Do you remember the story that we shared before about the professor who faced a nine-month investigation for asking questions during a white fragility training session? If so, this story will serve as the perfect bookend to that horrific tale. The incident that we are going to discuss today took place at the University of Virginia back in 2018.
Kieran Ravi Bhattacharya is a medical student who decided to push back against a professor who was offering up their take on racial relations. It was a panel on microaggressions and it was being led by the professor in question. Court Listener has a transcript of how this discussion began:
During the event, UVA Professor Beverly Colwell Adams, Ph.D., gave a roughly seventeen-minute presentation about her research on microaggressions, and
Bhattacharya asked Adams some questions. Id. The exchange began:
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Bhattacharya: Hello. Thank you for your presentation. I had a few questions just to clarify your definition of microaggressions. Is it a requirement, to
be a victim of microaggression, that you are a member of a marginalized group?
Adams: Very good question. And no. And no—
Bhattacharya: But in the definition, it just said you have to be a member of a marginalized group—in the definition you just provided in the last slide. So that’s contradictory.
Adams: What I had there is kind of the generalized definition. In fact, I extend it beyond that. As you see, I extend it to any marginalized group, and sometimes it’s not a marginalized group. There are examples that you would think maybe not fit, such as body size, height, [or] weight. And if that is how you would like to see me expand it, yes, indeed, that’s how I do.
Bhattacharya: Yeah, follow-up question. Exactly how do you define marginalized and who is a marginalized group? Where does that go? I mean, it seems extremely nonspecific.
Adams: And—that’s intentional. That’s intentional to make it more nonspecific…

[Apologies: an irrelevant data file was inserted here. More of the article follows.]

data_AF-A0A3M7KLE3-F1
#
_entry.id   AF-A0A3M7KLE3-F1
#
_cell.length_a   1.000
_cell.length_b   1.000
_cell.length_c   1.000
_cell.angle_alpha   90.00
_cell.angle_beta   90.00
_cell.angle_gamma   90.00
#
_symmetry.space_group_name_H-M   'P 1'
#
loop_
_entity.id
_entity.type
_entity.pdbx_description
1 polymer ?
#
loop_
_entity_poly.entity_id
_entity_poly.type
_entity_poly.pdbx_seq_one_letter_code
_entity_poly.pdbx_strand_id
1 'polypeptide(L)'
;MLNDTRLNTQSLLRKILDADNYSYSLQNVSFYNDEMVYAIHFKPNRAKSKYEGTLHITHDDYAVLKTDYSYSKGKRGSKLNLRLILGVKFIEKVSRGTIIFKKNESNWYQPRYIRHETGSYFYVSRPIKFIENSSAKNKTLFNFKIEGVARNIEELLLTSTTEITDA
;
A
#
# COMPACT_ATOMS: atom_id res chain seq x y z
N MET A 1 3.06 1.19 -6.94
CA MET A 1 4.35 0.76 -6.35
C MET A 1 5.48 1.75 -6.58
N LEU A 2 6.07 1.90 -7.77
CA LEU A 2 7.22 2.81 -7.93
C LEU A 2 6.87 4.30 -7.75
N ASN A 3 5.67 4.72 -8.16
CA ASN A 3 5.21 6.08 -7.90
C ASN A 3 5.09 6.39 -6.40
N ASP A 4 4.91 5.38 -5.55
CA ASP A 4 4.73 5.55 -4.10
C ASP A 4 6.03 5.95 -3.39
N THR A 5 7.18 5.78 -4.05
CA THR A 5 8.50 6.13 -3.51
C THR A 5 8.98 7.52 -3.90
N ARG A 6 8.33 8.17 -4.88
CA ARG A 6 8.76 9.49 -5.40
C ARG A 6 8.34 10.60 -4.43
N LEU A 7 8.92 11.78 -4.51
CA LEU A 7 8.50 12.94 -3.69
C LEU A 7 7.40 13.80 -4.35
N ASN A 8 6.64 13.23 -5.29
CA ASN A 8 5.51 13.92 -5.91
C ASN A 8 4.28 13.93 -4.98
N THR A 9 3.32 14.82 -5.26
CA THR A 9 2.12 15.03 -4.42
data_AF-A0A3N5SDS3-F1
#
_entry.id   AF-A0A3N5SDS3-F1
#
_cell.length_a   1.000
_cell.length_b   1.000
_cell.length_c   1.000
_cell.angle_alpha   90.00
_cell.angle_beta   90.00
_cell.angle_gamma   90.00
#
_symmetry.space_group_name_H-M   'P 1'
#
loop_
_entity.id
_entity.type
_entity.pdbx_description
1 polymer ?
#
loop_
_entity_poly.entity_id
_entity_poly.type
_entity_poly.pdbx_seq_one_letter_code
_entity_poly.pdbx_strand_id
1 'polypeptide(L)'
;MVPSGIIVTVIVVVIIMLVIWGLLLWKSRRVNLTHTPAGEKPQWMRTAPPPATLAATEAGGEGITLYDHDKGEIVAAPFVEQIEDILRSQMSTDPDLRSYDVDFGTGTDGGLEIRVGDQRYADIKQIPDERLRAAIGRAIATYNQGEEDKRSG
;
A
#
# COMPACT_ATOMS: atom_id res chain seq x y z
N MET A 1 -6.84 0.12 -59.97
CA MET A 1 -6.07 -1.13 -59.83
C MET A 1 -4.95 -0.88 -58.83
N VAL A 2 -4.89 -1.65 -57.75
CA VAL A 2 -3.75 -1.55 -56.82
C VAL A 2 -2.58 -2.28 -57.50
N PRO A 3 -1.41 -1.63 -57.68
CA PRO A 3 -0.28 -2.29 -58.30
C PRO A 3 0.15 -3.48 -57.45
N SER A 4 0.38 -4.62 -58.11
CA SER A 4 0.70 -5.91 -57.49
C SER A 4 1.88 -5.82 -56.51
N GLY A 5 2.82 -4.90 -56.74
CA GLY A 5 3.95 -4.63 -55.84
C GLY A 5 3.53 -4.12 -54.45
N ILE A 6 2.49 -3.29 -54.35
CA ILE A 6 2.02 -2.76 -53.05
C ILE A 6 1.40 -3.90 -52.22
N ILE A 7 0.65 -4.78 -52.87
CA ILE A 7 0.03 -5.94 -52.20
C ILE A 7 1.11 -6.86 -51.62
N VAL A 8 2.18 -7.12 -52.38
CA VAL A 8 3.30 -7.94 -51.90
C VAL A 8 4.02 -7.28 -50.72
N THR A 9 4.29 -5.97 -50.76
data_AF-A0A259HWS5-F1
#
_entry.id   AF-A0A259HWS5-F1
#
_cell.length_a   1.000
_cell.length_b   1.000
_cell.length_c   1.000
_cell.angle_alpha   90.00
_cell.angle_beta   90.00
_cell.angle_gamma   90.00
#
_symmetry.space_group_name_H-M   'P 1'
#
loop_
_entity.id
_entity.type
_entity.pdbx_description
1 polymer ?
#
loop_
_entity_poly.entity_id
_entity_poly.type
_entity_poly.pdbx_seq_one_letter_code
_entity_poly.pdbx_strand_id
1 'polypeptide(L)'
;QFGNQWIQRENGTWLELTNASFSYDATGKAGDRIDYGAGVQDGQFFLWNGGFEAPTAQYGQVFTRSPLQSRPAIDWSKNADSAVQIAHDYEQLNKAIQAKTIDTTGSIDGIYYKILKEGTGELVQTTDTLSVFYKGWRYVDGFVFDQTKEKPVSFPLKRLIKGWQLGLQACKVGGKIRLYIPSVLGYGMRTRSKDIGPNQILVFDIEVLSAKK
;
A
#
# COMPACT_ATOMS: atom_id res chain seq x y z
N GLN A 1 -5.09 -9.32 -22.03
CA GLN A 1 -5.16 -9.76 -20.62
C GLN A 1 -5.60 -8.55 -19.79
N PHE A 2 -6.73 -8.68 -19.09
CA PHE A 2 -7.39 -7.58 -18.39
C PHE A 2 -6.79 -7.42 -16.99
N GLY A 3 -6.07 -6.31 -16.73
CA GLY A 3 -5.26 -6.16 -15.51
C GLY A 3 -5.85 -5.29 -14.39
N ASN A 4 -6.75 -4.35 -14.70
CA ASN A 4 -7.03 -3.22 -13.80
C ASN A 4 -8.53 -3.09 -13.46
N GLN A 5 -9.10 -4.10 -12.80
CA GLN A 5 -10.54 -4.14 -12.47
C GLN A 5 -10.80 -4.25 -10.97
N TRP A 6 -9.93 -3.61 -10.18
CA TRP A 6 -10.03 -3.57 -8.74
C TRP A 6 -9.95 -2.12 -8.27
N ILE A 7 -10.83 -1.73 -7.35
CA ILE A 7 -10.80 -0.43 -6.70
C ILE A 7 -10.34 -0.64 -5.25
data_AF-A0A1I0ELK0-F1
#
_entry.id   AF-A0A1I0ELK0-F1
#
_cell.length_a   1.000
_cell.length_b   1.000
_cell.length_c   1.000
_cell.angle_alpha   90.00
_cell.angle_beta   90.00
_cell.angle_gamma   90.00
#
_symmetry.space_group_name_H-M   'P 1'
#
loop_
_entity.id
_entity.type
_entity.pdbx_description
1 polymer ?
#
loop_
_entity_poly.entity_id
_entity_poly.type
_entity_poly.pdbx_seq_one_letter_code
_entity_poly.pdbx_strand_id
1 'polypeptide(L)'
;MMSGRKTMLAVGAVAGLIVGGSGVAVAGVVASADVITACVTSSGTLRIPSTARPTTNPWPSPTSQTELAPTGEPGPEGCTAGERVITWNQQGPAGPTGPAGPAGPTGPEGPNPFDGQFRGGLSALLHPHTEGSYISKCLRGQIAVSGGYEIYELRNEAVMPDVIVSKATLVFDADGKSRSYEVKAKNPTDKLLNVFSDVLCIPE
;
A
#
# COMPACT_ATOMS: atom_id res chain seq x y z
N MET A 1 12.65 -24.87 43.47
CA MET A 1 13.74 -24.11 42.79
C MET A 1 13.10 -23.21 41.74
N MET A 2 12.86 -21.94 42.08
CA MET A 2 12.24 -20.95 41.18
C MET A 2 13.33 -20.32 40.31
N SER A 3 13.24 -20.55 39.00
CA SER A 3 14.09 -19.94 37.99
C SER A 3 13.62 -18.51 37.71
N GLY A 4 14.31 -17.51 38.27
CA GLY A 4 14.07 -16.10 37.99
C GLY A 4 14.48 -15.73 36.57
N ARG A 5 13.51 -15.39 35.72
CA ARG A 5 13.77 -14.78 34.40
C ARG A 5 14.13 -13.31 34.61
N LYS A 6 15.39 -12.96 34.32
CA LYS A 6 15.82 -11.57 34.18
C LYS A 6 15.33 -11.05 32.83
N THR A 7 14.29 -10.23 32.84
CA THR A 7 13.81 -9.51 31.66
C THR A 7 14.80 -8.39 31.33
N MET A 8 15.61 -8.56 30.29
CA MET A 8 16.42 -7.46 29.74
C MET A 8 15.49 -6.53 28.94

This is what people are being forced to endure. Adams wanted to keep defending the work but Bhattacharya had more to say. He may not have agreed with what she had to say but the exchange remained polite throughout. A different professor decided that this was not acceptable.
The professor decided that they needed to file a “Professionalism Concern Card” against Bhattacharya. This is not a move that can or should be taken lightly. The consequences for a student can be dire and this is not something that should be done on a whim.
The student was not directly informed about what was taking place. None of the concerns were expressed in an open and honest manner. Professors got challenged and decided that they needed to make the student suffer. This goes against everything that our secondary learning institutions should be standing for. The medical school’s assistant dean would soon contact the student to set up a meeting.
They tried their best to rattle him but they couldn’t pull it off. The earlier exchange was never even discussed. Instead, he says that they wanted to know his views about “various social and political issues—including
sexual assault, affirmative action, and the election of President Trump.”
From there, he received a letter that recommended that he receive counseling! Within a few short weeks, this recommendation morphed into a requirement. It won’t surprise anyone to learn that he was suspended from school not long after. Bhattacharya was eventually forced to sue, as a means of rectifying the situation. For their part, the school is claiming that he made threats online and this was the real reason for the suspension.
However, they have yet to provide any form of proof on this. They have not told the court when the threats were made or even when they were posted. This case hinges on those threats and they are not playing fair. They are attempting to remain as vague as possible. These allegations are not probable cause to derail a student’s career before it starts.
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